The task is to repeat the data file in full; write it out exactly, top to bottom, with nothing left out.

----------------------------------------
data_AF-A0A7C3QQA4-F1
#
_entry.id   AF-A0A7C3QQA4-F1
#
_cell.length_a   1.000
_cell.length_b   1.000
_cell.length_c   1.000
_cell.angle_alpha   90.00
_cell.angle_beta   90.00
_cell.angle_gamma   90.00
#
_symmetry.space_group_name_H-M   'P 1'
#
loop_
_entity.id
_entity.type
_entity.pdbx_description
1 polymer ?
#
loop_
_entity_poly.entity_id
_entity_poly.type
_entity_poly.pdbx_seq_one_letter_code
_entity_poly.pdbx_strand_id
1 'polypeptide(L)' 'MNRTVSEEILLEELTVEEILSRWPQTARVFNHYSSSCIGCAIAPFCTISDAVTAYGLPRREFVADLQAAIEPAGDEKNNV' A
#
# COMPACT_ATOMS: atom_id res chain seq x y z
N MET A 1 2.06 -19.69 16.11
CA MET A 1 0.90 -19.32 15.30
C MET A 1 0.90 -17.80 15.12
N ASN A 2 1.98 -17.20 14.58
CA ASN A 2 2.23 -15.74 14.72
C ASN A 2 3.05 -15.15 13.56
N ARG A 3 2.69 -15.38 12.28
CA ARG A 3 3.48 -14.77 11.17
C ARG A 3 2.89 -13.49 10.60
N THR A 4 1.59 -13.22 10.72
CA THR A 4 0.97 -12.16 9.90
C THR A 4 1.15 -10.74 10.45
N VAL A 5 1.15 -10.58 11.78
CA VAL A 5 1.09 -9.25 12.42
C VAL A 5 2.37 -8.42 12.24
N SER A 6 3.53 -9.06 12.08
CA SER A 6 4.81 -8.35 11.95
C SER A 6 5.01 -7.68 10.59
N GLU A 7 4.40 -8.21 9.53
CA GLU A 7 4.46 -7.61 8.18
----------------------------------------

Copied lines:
data_AF-A0A7C3QQA4-F1
#
_entry.id   AF-A0A7C3QQA4-F1
#
_cell.length_a   1.000
_cell.length_b   1.000
_cell.length_c   1.000
_cell.angle_alpha   90.00
_cell.angle_beta   90.00
_cell.angle_gamma   90.00
#
_symmetry.space_group_name_H-M   'P 1'
#
loop_
_entity.id
_entity.type
_entity.pdbx_description
1 polymer ?
#
loop_
_entity_poly.entity_id
_entity_poly.type
_entity_poly.pdbx_seq_one_letter_code
_entity_poly.pdbx_strand_id
1 'polypeptide(L)' 'MNRTVSEEILLEELTVEEILSRWPQTARVFNHYSSSCIGCAIAPFCTISDAVTAYGLPRREFVADLQAAIEPAGDEKNNV' A
#
# COMPACT_ATOMS: atom_id res chain seq x y z
N MET A 1 2.06 -19.69 16.11
CA MET A 1 0.90 -19.32 15.30
C MET A 1 0.90 -17.80 15.12
N ASN A 2 1.98 -17.20 14.58
CA ASN A 2 2.23 -15.74 14.72
C ASN A 2 3.05 -15.15 13.56
N ARG A 3 2.69 -15.38 12.28
CA ARG A 3 3.48 -14.77 11.17
C ARG A 3 2.89 -13.49 10.60
N THR A 4 1.59 -13.22 10.72
CA THR A 4 0.97 -12.16 9.90
C THR A 4 1.15 -10.74 10.45
N VAL A 5 1.15 -10.58 11.78
CA VAL A 5 1.09 -9.25 12.42
C VAL A 5 2.37 -8.42 12.24
N SER A 6 3.53 -9.06 12.08
CA SER A 6 4.81 -8.35 11.95
C SER A 6 5.01 -7.68 10.59
N GLU A 7 4.40 -8.21 9.53
CA GLU A 7 4.46 -7.61 8.18